March 8th was International Women’s Day – a time to celebrate the achievements of women across the world. 

Thanks to your support, we have supported hundreds of inspirational women over the past year to build sand dams, enabling them to achieve a lifelong supply of clean water for their entire community. With your help, we can support even more communities to transform their lives.

Every day, women in drylands face the harsh realities of severe drought. 

In some parts of rural Kenya, women can spend all day collecting water in the dry season. In the long queues at crowded water points, women speak with each other about the need for change. Sometimes, these conversations inspire women to form self-help groups, to seek solutions to their ongoing problems with a lack of water.

These women have the vision, courage and strength they need to transform their lives. What they lack is the financial support needed to build a sand dam. Can you help them?

Wonderful is the chairlady of the Isungulini self-help group. She mobilised her group to build their first sand dam, and through sheer perseverance, they went on to build three more. With the water from their sand dams and the time saved, the group are growing papayas, mangoes, onions, tomatoes, kale and chillies. This newfound source of income has made a remarkable transformation to their lives. She explains how women in her community have gained respect since the project started:

 "Women have been given the chance to lead. Men have that respect for the women unlike before when men did not respect women. I am a good example. I have seen men asking for guidance from me and that is a good sign that women are being given a chance in society to lead."

Wonderful and the Isungulini self-help group have solved their problems of a lack of water. Not only that, but she has challenged traditional gender roles, encouraging confidence amongst the women and building respect for women in the community.

Could you empower more women like Wonderful to build sand dams and transform lives?

£15 could equip a woman in southeast Kenya with a clawbar, so she can help to break rocks into small enough pieces to build a sand dam, providing a lifelong supply of water for her community. 

Gender inequality is a fact of life in rural Kenya. Traditionally, women run the household, while men are responsible for making important decisions. It is a woman’s job to collect and carry 20-litre jerry cans of water back to the homestead – a daily toil which can take hours and is physically exhausting.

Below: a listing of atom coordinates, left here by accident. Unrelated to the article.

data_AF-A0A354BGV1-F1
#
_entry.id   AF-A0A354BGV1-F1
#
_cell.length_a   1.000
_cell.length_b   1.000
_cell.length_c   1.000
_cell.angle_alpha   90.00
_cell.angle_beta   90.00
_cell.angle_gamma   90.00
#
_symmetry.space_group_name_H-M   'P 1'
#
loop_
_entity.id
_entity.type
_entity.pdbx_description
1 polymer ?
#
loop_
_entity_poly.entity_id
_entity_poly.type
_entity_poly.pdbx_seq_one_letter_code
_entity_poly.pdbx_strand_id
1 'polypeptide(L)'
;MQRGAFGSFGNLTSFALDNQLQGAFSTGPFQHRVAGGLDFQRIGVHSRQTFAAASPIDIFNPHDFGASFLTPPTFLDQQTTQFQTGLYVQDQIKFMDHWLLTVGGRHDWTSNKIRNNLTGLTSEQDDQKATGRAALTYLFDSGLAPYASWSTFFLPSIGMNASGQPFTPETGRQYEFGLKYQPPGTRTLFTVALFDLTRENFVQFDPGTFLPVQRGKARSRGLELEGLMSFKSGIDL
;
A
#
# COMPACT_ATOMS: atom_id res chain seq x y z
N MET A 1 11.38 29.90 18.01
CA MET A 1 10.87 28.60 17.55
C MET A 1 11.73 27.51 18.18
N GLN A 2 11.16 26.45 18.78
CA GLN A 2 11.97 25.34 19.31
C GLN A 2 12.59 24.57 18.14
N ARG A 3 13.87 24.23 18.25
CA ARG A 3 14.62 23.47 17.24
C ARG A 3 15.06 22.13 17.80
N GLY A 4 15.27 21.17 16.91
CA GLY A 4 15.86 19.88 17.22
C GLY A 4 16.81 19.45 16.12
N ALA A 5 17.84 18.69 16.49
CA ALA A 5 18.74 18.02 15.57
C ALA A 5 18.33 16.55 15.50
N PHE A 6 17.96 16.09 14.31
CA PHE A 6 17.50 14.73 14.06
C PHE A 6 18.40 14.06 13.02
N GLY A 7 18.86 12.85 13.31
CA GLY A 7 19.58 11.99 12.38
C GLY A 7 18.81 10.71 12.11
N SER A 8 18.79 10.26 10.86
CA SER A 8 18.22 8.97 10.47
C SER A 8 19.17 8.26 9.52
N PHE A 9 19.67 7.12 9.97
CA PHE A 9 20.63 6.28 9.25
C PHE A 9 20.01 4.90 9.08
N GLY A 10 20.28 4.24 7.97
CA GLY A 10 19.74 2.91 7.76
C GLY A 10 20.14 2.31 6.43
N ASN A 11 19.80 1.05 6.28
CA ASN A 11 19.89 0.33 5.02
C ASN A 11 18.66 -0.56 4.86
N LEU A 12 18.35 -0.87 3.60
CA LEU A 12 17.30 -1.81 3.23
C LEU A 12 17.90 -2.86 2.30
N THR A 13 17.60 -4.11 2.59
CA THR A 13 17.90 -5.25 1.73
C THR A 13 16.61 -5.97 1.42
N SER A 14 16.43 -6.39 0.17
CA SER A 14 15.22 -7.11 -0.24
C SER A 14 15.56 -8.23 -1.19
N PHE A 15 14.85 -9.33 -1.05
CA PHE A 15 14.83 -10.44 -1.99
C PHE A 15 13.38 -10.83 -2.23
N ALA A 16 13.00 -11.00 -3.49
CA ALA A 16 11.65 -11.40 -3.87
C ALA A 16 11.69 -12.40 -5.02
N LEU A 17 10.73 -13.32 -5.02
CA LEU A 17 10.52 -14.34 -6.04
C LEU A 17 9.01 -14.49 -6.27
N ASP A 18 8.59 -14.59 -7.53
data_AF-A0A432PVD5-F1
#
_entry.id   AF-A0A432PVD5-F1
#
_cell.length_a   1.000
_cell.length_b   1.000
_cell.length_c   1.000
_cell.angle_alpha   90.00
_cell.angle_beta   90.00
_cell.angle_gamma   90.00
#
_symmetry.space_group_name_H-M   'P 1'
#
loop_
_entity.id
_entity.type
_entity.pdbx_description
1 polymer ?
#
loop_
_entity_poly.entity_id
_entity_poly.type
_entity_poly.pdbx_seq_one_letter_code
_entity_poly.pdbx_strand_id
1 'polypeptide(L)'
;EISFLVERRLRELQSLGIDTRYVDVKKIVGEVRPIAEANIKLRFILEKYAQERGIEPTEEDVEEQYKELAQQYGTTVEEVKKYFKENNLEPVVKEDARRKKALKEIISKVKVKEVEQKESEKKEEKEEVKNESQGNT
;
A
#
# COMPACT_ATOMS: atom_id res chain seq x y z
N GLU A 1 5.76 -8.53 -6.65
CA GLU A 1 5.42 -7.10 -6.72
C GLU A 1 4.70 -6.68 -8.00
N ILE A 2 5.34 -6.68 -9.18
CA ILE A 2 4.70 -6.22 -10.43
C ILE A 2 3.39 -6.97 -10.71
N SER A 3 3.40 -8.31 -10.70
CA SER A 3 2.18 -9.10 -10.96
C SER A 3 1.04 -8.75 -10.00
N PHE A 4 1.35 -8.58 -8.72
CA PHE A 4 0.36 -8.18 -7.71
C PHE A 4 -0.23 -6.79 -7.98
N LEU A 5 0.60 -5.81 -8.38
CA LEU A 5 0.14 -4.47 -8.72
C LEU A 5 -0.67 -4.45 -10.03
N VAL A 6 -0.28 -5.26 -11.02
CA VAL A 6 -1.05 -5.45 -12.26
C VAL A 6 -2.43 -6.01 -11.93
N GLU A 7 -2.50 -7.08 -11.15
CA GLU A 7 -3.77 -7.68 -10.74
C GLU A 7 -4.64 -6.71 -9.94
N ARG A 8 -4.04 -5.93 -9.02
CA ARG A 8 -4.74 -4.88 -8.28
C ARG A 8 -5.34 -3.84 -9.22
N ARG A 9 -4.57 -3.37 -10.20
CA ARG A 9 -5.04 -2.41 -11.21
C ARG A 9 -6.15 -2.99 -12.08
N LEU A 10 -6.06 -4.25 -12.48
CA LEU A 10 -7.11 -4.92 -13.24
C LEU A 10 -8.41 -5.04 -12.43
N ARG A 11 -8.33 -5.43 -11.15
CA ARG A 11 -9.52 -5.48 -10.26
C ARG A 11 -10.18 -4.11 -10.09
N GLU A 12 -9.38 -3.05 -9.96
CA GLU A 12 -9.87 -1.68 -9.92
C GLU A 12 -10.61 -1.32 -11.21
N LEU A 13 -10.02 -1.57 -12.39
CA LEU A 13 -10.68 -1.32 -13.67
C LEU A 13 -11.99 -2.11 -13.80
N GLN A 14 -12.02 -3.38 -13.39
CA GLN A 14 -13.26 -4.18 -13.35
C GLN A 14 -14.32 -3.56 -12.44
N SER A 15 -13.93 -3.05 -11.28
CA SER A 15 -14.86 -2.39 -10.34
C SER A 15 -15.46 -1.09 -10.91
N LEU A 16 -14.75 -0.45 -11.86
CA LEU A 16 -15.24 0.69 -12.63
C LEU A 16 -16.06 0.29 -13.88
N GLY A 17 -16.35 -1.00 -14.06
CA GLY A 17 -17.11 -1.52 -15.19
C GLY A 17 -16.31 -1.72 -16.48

The majority of self-help group members are women. In self-help groups, women find equality, as well as the opportunity to solve their water problems. Women and men are included equally in training and activities – even building sand dams, which would usually be men’s work. Group members say with confidence and pride: "There is no men’s and women’s work around here". The voices of the women in the groups are strong and confident.

Challenging traditional gender roles is not easy. Women are often expected to stay at home and look after their husbands. But when the sand dams start providing the community with clean water to drink, and the farms yield bumper harvests of crops, there is pride and increased respect amongst the community for everything that the women have achieved.

When Terecia Muleia was a young woman, she had to carry water for very long distances. Now, she and her family walk less than 1km to collect water – all because her daughter-in-law, Elizabeth Kyalo, joined the Wasya wa Athi self-help group, and helped to build a sand dam. They are now able to grow mango trees on their family farm, which they can sell at the local market. Terecia said:

"My daughter-in-law has worked with her hands to make a change. I am proud."

Having a sand dam nearby means people – mostly women – can save as much as 8 hours a day from collecting water. They can spend these precious hours growing crops, and earning enough money to pay their children’s school and medical fees, breaking free of poverty.

Here are some of the ways in which your donations could empower more women to break free of the long walks to collect water:

The women we support are committed to transforming their lives, so that their children don’t have to endure the same hardship. We hope you can help them achieve this dream.

We hope you feel inspired by what these women have been able to achieve, and we hope you can empower more women today to join self-help groups and build sand dams, providing lifelong water for their community.

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